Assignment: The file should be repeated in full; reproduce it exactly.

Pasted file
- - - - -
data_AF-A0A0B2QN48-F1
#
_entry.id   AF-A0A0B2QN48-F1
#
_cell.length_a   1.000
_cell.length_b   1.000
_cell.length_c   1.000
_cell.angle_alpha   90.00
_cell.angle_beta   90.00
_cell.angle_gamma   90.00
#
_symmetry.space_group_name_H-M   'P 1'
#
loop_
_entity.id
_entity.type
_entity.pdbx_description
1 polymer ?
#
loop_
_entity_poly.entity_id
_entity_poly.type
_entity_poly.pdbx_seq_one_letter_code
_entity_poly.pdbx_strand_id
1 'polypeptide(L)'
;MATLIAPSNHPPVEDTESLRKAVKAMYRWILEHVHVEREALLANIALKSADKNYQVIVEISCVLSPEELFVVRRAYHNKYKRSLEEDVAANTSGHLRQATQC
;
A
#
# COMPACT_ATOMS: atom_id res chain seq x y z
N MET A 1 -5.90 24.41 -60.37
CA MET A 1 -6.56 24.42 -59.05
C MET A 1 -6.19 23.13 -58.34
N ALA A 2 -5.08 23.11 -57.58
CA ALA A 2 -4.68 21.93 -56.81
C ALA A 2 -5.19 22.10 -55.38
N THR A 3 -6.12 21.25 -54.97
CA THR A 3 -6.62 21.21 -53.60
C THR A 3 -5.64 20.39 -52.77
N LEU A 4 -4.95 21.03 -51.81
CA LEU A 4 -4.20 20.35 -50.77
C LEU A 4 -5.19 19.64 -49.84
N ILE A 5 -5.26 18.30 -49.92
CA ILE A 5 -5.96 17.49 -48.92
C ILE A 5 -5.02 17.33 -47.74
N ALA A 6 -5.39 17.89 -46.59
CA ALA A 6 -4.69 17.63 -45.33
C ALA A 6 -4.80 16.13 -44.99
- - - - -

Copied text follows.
data_AF-A0A0B2QN48-F1
#
_entry.id   AF-A0A0B2QN48-F1
#
_cell.length_a   1.000
_cell.length_b   1.000
_cell.length_c   1.000
_cell.angle_alpha   90.00
_cell.angle_beta   90.00
_cell.angle_gamma   90.00
#
_symmetry.space_group_name_H-M   'P 1'
#
loop_
_entity.id
_entity.type
_entity.pdbx_description
1 polymer ?
#
loop_
_entity_poly.entity_id
_entity_poly.type
_entity_poly.pdbx_seq_one_letter_code
_entity_poly.pdbx_strand_id
1 'polypeptide(L)'
;MATLIAPSNHPPVEDTESLRKAVKAMYRWILEHVHVEREALLANIALKSADKNYQVIVEISCVLSPEELFVVRRAYHNKYKRSLEEDVAANTSGHLRQATQC
;
A
#
# COMPACT_ATOMS: atom_id res chain seq x y z
N MET A 1 -5.90 24.41 -60.37
CA MET A 1 -6.56 24.42 -59.05
C MET A 1 -6.19 23.13 -58.34
N ALA A 2 -5.08 23.11 -57.58
CA ALA A 2 -4.68 21.93 -56.81
C ALA A 2 -5.19 22.10 -55.38
N THR A 3 -6.12 21.25 -54.97
CA THR A 3 -6.62 21.21 -53.60
C THR A 3 -5.64 20.39 -52.77
N LEU A 4 -4.95 21.03 -51.81
CA LEU A 4 -4.20 20.35 -50.77
C LEU A 4 -5.19 19.64 -49.84
N ILE A 5 -5.26 18.30 -49.92
CA ILE A 5 -5.96 17.49 -48.92
C ILE A 5 -5.02 17.33 -47.74
N ALA A 6 -5.39 17.89 -46.59
CA ALA A 6 -4.69 17.63 -45.33
C ALA A 6 -4.80 16.13 -44.99